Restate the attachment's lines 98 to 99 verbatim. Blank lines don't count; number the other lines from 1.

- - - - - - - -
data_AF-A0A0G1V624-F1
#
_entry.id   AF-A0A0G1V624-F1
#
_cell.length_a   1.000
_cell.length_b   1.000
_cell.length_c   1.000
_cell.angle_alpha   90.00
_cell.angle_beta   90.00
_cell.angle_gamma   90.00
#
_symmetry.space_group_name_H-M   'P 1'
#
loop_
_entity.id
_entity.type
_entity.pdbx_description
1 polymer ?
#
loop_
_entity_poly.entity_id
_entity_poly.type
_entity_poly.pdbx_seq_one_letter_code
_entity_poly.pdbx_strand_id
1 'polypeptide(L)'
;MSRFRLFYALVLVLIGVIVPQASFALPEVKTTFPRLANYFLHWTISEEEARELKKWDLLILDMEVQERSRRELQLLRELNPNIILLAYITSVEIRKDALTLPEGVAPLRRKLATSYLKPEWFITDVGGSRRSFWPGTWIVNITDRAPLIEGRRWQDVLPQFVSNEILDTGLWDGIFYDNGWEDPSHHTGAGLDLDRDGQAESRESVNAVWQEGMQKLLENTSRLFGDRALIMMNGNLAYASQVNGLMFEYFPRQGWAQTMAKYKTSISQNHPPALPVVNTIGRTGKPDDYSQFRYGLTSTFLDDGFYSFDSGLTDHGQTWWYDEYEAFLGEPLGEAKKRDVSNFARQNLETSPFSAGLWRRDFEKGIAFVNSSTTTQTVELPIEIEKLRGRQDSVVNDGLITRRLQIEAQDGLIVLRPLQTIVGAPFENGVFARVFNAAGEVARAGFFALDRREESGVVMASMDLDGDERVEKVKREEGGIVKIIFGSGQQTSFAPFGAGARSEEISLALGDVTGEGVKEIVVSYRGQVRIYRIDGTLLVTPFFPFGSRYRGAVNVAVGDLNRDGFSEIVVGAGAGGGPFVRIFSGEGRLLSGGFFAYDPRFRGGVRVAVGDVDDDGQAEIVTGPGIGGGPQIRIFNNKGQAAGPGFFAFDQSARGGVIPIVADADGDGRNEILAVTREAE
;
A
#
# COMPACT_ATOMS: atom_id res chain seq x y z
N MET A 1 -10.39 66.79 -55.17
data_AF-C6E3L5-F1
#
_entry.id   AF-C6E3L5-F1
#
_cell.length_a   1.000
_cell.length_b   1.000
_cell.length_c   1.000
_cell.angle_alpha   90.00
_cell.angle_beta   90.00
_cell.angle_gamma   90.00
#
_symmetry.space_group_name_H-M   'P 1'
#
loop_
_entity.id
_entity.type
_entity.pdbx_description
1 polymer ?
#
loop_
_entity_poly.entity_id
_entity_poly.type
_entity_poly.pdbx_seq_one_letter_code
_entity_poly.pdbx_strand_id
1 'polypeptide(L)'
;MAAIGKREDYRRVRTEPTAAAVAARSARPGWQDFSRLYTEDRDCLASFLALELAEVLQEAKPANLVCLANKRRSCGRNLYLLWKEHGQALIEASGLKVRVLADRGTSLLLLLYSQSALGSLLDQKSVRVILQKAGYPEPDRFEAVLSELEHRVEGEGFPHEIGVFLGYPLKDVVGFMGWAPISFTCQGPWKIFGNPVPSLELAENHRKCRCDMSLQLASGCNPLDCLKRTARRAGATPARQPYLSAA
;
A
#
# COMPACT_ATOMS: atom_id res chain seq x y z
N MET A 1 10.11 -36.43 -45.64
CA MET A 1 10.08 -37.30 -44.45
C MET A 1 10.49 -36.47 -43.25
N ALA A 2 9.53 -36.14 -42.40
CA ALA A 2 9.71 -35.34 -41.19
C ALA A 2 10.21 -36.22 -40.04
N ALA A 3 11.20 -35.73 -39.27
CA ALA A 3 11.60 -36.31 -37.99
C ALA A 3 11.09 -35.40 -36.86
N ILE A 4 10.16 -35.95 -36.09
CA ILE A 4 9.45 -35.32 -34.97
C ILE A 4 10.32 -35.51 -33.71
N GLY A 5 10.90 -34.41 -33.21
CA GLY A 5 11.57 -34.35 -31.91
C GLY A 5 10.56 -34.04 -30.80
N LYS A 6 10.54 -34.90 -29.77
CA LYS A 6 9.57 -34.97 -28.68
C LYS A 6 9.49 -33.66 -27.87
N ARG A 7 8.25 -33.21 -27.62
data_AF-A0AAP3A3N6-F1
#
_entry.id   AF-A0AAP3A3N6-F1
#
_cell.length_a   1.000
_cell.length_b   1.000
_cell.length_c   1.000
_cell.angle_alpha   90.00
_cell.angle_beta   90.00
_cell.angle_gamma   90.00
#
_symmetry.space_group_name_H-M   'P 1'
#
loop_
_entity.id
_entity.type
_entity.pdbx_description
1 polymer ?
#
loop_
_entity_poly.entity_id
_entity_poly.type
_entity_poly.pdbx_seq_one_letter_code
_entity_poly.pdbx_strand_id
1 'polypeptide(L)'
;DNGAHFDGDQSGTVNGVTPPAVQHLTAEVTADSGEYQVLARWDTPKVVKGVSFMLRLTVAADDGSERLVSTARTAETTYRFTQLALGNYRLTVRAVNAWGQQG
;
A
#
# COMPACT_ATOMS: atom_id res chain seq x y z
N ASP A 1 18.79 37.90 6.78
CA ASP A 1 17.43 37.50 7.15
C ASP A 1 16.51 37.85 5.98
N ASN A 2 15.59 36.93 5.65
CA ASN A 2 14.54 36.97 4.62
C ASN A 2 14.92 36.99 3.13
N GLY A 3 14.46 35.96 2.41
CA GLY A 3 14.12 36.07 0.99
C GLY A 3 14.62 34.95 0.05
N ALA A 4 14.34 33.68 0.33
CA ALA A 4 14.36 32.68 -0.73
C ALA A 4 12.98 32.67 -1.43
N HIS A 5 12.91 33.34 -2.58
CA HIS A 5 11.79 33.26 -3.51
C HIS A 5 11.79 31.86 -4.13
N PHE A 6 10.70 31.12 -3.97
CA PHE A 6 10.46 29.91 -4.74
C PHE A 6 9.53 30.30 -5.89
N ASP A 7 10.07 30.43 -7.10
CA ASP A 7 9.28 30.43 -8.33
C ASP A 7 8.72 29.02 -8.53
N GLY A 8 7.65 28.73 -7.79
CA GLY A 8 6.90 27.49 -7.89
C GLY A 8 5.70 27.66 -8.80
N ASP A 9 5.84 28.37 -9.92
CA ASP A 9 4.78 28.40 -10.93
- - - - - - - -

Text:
1 polymer ?
#